So you hear from your gym buddy, coach or some enthusiastic internet personality about BPC-157, this magnificent natural peptide that is supposed to heal injuries rapidly.
A stubborn micro-injury in your shoulder, elbow or back has been bothering you for months so you Google BPC-157 and the first thing you see is…
“Research Chemical – Not for human consumption”
I don’t blame you being confused and perhaps a bit dissuaded from trying BPC-157 by this conspicuous statement. You question…
If it’s not for human consumption why are they selling it? Is this stuff even legal?
Here I’ll break down what it really means and provide some clarification about risk-taking in your biohacking…
First of all, I’m not recommending that you use BPC-157, I’m not a doctor or a scientist and I’m not qualified to recommend anything, much less a research chemical. I do however have an abundance of experience with them and can explain the evidence that motivates rigorous and informed self-experimenters to use them.
Wikipedia defines a “research chemical” as…
chemical substances used by scientists for medical and scientific research purposes. One characteristic of a research chemical is that it is for laboratory research use only; a research chemical is not intended for human or veterinary use.
For a research chemical to become a licensed pharmaceutical or dietary supplement it has to go through a lengthy and complicated series of human clinical trials pre-registered with the FDA demonstrating relative safety and effectiveness that outperforms a placebo. Until these human studies are funded and conducted by scientists it will linger in the “research chemical” category. If regulators and law enforcement get reports of overdoses and severe reactions they will “schedule” the chemical making it illegal and it will disappear from the digital store shelves of the internet.
So, importantly, buying and possessing research chemicals is legal, in a nerdy philosophical article, I explained that a research chemical, legally, is like a candle. You can buy and possess as many candles as you want, you can ship them across state lines, you could travel with them in your car, you could give them to friends and you could even eat a candle if you really wanted to. But if you ate a candle and then decided to sue the manufacturer because of an adverse reaction the judge would tell you “A candle is not for human consumption!” and hopefully scold you for frivolously wasting everyone’s time.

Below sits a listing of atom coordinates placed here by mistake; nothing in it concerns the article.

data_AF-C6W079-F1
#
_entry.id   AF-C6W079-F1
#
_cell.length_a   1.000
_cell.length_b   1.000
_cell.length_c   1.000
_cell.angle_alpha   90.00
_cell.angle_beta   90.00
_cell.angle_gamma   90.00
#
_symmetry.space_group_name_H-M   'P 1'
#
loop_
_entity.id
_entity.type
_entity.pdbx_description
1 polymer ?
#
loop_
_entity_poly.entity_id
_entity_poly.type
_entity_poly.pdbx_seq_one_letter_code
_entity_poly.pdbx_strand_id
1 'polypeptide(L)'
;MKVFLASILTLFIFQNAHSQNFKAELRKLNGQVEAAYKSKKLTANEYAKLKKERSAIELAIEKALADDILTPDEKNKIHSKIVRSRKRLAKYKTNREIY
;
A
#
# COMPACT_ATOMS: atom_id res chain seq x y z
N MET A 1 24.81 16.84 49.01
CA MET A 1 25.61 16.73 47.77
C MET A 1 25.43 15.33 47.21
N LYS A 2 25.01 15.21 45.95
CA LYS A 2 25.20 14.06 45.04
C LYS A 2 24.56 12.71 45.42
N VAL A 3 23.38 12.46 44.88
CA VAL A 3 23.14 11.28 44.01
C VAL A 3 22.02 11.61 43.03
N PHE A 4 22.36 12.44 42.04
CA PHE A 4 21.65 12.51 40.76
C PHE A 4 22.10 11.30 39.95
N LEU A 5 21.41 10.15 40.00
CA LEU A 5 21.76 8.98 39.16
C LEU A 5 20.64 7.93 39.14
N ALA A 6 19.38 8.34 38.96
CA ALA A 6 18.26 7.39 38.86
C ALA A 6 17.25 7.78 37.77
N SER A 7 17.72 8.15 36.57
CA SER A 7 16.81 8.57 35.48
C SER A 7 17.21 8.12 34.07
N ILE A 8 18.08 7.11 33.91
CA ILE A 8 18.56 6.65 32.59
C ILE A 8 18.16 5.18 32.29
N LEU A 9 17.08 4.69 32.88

If you consume a research chemical, you have little to no legal recourse if something bad happens to you. In some ways, we live in a libertarian society that lets you do whatever the hell you want to your body and then experience the consequences.
You should really be a bit skeptical and do your research on all drugs that you might consume (a lot of the pharmaceuticals that a doctor might enthusiastically recommend to you are actually dangerous and toxic), but particularly with a research chemical, you should spend at least an hour reading up on everything that you can find about it online.
Research Chemicals are a spectrum, some you should absolutely stay away from, but some are benign and, for practical purposes, risk-free. From the abundant evidence available, we can see that BPC-157 is quite safe as far as research chemicals go.
- It’s a natural gastric Pentadecapeptide sequence that our bodies produce. Supplementing it just gives us more of it that our bodies can use for injury healing and optimizing the Gut-Brain axis.